Consumers would benefit from having the information reinforced through the content and design at each step of the patient-education process. The advantages to the pharmaceutical company would be severalfold: increased brand-name recognition, increased brand loyalty, increased comprehension of the information, and increased patient compliance.
The key is to integrate the consumer’s decision-making power during the DTC program into the entire patient-education program for the medication. Marketers must coordinate each program to progressively provide consumers with the information needed at each stage of the decision-making process.
So what do consumers think of today’s DTC ads? In a recent national telephone survey of 1,200 adults, Prevention magazine found that nearly 74 percent of consumers believe DTC ads help them become more involved in their health care. Unfortunately, only 21 percent believes DTC advertising is “very clear.” Many do not believe the ads provide all the information necessary to make appropriate decisions, and nearly three-quarters (72 percent) do not understand clearly the information presented in the DTC ads. This may be part of the reason that more than half (55 percent) of those responding had no change in confidence in prescription medications after seeing the ad, and 20 percent were less confident. Only 25 percent felt more confident after reading the ad.
Despite of the lack of clarity in the information, DTC ads seem to have some impact on increasing consumer awareness about the need to follow their prescriptions correctly. The survey did not measure patient compliance, but it did report that 27 percent of those surveyed said the DTC ad made them more likely to take their medicine, and 25 percent said the DTC ads reminded them to have their prescriptions filled. Imagine how much greater this impact could be if people could understand the information contained in the ads.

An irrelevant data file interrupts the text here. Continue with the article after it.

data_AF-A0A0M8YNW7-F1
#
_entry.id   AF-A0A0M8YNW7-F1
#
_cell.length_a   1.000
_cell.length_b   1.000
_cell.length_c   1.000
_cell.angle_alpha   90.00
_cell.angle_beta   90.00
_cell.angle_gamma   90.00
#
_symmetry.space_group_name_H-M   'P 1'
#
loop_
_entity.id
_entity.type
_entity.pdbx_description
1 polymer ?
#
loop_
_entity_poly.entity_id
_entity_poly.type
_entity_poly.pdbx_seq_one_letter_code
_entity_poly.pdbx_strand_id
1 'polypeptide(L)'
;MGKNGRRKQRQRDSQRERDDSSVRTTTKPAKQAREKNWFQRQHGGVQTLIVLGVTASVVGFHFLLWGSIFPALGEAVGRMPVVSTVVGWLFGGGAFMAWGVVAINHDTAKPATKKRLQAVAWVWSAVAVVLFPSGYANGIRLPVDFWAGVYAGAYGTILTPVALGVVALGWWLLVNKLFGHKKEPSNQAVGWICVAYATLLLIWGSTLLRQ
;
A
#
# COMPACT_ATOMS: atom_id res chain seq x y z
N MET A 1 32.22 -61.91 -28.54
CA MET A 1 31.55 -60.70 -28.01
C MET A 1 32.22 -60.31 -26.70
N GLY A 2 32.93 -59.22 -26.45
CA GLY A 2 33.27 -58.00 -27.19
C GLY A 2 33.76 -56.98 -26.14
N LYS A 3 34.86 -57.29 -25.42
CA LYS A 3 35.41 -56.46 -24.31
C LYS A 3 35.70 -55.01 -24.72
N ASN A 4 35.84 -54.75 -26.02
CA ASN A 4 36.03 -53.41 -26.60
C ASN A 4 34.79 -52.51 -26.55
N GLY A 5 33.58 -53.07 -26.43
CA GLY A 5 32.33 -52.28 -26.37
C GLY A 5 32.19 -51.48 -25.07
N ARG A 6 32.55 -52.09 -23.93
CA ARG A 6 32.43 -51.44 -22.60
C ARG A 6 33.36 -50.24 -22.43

Patient compliance is at the heart of every product’s success. DTC programs could become effective stepping stones to increasing patient compliance with prescription medications.
A DTC program is an ideal place to begin the patient education process because it targets people while they are still in the “self-care decision-making stage.” During this stage, consumers are seeking information to help them make wise decisions. If the consumer decides to make an appointment with a physician, every person wants to ask: “Do I really need this medicine?” Presently, 10 to 20 percent of all patients decide in the doctor’s office that they are not going to get the prescription filled because they are unconvinced they need the medication. That is a prime opportunity for pharmaceutical companies to help physicians encourage patients to take more responsibility for their self-care–including prescription drug treatments.
The message is becoming clearer:
- Consumers must first be convinced that they need the treatment in question.
- Consumers must be able to understand the information in the DTC ad.
- The content and design of the DTC program must complement the patient-counseling efforts of health professionals.
After all is said and done, consumers will still decide whether to take a herbal remedy, use an alternative treatment, purchase an OTC product, or make an appointment with their physicians to discuss a medication in a DTC ad. The DTC ads that are professional and educational will be the winners in the end.
Dr. Dorothy L. Smith is a consumer education expert and president of Consumer Health Information Corporation. The full-service company specializes in patient labeling, program development, and strategic planning for DTC campaigns.
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Published in Pharmaceutical Executive, September 1998. Copyrighted material; All rights reserved.